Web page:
At the start of the pandemic elective surgeries and non-emergency care came to a halt, which affected the finances of the hospitals across the country.
As we progress with vaccines becoming more readily available to all age groups and medical care that supports the pandemic within the health systems it has been confirmed that services can be provided in hospitals and physician offices safely with certain protocols in place, and at this stage research shows that we are moving in the right direction. Groups like the American Hospital Association have launched ad campaigns to urge people to return for preventive and routine care as well as emergencies.
The research shows another facet of the systemic inequities due to the pandemic. People of color are more likely to put off care than other groups. While 34% of Whites said they put off care, that percentage rose to 40% among Blacks and 36% among Latinos.
Income also played a role, as 37% of those with household incomes at or below 250% of the poverty level put off care, compared to 25% of those with incomes above that threshold.
Putting off care has had an impact industrywide, as the normally robust healthcare sector lost 30,000 jobs in January.
Younger Americans were also impacted, with nearly 30% of parents saying they delayed at least one type of care for their children, while 16% delayed multiple types of care. As with adults, dental care was the most common procedure that was put off, followed by checkups or other preventative healthcare screenings.
The researchers recommended improving communications among providers and patients as being a key element by reassuring them of the safety precautions put in place by following the public health guidelines and with these measures in place, they are effective in preventing the transmission in office, clinics, and hospitals. In fact, data shows healthcare settings are not a common source of the covid-19 transmission.
During the COVID public health emergency, HHS has taken steps to make it easier to provide telehealth services. Telehealth — sometimes referred to as telemedicine — describes the use of 2-way communication technology for certain health care services.
The U.S. Health and Human Services encourages health care providers to adopt and use telehealth to safely provide care to your patients in appropriate situations, including routine health care, like wellness visits; medication consultation; dermatology (skin care); eye exams; nutrition counseling; mental health counseling.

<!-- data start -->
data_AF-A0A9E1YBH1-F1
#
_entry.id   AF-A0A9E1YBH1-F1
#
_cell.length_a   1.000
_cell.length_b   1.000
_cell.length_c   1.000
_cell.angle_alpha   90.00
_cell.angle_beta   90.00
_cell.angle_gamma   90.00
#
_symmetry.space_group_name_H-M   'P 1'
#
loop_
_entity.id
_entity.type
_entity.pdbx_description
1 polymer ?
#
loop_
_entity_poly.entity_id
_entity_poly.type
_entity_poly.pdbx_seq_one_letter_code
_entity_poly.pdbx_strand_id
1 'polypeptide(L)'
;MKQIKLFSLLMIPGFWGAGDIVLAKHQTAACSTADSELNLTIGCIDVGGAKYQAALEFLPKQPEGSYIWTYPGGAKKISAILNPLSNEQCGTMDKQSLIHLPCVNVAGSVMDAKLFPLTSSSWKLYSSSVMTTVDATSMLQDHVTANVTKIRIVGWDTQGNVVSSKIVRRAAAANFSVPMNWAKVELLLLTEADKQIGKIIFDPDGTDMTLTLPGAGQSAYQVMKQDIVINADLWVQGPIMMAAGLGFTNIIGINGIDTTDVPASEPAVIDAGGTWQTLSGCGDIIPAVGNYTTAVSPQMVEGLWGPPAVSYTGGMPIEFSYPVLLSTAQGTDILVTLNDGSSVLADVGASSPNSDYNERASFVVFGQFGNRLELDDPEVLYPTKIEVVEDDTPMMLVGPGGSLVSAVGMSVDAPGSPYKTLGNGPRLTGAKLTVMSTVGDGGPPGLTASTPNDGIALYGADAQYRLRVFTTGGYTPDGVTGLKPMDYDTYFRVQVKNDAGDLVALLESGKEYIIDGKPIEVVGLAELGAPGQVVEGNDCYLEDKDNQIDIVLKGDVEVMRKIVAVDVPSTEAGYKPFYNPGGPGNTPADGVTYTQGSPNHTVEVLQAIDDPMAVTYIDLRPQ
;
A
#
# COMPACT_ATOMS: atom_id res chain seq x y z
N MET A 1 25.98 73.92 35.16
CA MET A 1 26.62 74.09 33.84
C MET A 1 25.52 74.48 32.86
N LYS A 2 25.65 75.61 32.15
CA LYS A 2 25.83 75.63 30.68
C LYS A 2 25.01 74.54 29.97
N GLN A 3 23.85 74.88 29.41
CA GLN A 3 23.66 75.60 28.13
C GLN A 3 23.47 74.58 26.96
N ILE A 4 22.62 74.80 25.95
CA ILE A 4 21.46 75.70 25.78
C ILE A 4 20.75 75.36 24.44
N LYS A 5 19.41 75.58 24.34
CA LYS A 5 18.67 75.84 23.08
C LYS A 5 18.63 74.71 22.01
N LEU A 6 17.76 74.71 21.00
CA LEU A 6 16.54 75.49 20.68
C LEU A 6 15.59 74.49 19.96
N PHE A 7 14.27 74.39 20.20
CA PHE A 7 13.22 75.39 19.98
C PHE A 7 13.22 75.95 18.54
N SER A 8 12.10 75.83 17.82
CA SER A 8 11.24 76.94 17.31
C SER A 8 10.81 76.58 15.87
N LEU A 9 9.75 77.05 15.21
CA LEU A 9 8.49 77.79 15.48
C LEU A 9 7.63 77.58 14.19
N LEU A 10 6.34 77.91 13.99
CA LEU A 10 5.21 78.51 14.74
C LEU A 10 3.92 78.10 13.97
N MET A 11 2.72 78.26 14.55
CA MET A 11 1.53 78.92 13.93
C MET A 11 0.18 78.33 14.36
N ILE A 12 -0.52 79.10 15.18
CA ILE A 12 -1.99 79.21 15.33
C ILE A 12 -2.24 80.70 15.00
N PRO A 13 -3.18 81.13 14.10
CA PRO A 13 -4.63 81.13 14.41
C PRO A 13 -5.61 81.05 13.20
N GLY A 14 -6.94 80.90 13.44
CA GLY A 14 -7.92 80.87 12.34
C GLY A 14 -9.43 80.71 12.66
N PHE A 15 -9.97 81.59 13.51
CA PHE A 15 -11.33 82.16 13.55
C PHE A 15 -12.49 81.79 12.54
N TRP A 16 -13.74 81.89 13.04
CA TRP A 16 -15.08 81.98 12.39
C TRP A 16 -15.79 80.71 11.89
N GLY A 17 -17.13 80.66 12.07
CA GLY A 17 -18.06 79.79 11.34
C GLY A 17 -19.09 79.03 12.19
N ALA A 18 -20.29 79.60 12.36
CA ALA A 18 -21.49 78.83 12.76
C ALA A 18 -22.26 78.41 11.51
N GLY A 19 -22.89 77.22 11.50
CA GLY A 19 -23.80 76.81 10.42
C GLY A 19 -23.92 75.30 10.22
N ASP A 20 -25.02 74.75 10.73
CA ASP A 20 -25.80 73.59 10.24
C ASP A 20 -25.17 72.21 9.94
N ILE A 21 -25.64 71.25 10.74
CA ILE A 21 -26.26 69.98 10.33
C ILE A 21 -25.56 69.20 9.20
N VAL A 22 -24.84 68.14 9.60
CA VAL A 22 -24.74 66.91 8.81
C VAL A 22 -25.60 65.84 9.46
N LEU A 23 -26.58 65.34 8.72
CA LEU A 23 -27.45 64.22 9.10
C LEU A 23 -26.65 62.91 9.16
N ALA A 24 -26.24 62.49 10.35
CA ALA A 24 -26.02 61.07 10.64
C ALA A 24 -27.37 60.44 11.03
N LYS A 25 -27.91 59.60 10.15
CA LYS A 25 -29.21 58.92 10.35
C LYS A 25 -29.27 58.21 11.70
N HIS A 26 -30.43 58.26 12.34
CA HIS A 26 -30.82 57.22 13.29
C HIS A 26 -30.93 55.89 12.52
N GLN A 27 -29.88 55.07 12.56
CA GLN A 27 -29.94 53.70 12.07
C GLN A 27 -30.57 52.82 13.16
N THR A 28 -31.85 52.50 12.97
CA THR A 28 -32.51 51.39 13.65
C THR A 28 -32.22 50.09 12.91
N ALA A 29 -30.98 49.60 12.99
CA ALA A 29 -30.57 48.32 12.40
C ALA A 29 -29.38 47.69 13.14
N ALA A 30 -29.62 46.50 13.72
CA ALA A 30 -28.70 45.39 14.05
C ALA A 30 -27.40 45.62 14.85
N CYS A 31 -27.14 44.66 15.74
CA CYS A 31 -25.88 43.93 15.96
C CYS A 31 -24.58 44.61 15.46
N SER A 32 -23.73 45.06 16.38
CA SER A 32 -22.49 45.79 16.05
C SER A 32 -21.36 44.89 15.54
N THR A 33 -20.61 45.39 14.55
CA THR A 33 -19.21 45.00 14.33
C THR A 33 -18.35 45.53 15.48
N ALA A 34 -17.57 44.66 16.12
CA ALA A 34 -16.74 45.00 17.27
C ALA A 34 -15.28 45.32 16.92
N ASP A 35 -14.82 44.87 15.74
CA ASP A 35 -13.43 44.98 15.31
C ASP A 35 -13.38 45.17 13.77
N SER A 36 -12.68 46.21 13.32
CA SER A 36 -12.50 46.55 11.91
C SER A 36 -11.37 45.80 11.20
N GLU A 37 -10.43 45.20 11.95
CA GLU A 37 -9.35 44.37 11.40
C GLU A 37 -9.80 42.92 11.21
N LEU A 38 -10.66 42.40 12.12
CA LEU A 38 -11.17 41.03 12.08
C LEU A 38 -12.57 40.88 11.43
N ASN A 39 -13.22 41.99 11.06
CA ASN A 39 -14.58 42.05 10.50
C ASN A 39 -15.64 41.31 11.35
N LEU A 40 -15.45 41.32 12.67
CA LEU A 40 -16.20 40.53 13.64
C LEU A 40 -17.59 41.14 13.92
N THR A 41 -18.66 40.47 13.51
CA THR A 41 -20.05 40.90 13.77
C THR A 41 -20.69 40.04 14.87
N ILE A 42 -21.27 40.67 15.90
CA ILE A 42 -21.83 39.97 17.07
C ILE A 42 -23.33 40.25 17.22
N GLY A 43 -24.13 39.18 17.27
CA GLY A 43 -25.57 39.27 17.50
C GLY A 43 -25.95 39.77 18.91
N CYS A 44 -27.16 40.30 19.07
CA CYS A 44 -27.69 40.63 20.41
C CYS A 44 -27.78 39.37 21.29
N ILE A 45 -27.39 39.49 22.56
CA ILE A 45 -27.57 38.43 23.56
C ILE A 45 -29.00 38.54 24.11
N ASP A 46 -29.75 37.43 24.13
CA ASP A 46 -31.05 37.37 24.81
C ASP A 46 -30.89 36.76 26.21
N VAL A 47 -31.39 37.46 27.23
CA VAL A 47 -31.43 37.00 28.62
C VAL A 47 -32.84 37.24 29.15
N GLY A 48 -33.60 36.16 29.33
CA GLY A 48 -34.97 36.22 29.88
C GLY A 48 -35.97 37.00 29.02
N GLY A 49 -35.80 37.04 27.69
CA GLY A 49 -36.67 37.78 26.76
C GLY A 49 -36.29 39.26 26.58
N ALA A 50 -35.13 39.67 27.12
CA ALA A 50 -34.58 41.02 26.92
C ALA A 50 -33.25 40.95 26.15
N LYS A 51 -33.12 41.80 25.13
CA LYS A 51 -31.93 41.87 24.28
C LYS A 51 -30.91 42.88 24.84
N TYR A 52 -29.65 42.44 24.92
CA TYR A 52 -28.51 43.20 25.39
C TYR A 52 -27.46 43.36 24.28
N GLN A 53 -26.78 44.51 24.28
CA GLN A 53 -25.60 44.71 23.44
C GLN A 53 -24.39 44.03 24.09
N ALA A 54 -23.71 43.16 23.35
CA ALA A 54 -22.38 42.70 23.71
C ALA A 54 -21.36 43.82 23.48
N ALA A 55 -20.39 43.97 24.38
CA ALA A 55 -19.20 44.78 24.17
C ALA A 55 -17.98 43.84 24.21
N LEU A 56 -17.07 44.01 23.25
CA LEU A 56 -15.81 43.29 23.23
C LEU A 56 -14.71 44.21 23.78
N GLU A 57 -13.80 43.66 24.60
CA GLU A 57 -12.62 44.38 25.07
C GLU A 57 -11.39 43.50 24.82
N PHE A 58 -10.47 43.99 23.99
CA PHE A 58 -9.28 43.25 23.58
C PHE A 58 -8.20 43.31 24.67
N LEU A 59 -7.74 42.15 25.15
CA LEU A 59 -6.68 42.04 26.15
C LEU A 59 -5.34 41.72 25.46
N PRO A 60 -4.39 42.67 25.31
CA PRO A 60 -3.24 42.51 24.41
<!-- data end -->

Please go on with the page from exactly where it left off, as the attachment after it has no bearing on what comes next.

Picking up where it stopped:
Visit telehealth.hhs.gov for helpful information about telehealth for patients and health care providers.
HIPAA flexibility during COVID-19
The HHS Office for Civil Rights (OCR) has issued guidance to empower health care providers to serve patients through telehealth during the national public health emergency.
HIPAA-covered health care providers may, in good faith, provide telehealth services to patients using remote communication technologies, such as commonly used apps – including FaceTime, Facebook Messenger, Google Hangouts, Zoom, or Skype – for telehealth services, even if the application does not fully comply with HIPAA rules.
However, providers should not use any platforms that are public-facing — for instance, Facebook Live, Twitch, and TikTok — to provide telehealth.
For more information on HIPAA flexibility for telehealth services during COVID-19, read:
- Notification of Enforcement Discretion: Telehealth and HIPAA during COVID-19 Emergency | Notificación de discreción para telemedicina - PDF
- FAQs: Telehealth and HIPAA during COVID-19 | Preguntas frecuentes sobre telemedicina y HIPAA - PDF
Telehealth waivers from the Centers for Medicare & Medicaid Services (CMS)
Temporary policy changes during the Coronavirus pandemic
CMS has issued temporary measures to make it easier for people enrolled in Medicare, Medicaid, and the Children's Health Insurance Program (CHIP) to receive medical care through telehealth services during the COVID-19 Public Health Emergency.
Some of these changes allow providers to:
- Conduct telehealth with patients located in their homes and outside of designated rural areas
- Practice remote care, even across state lines, through telehealth
- Deliver care to both established and new patients through telehealth
- Bill for telehealth services (both video and audio-only) as if they were provided in person
Temporary expansion of telehealth services during COVID-19
During the public health emergency, Federally Qualified Health Centers (FQHCs) and Rural Health Clinics (RHCs) may serve as distant telehealth sites and provide telehealth services to patients in their homes.
- Fact Sheet: Flexibilities for Rural Health Clinics (RHCs) and Federally Qualified Health Centers (FQHCs) during COVID-19 - PDF
CMS significantly expanded the list of covered telehealth services that can be provided in Medicare through telehealth to include:
- Emergency department visits
- Initial nursing facility and discharge visits
- Home visits
- Therapy services
For more information about changes to CMS policies during COVID-19, read: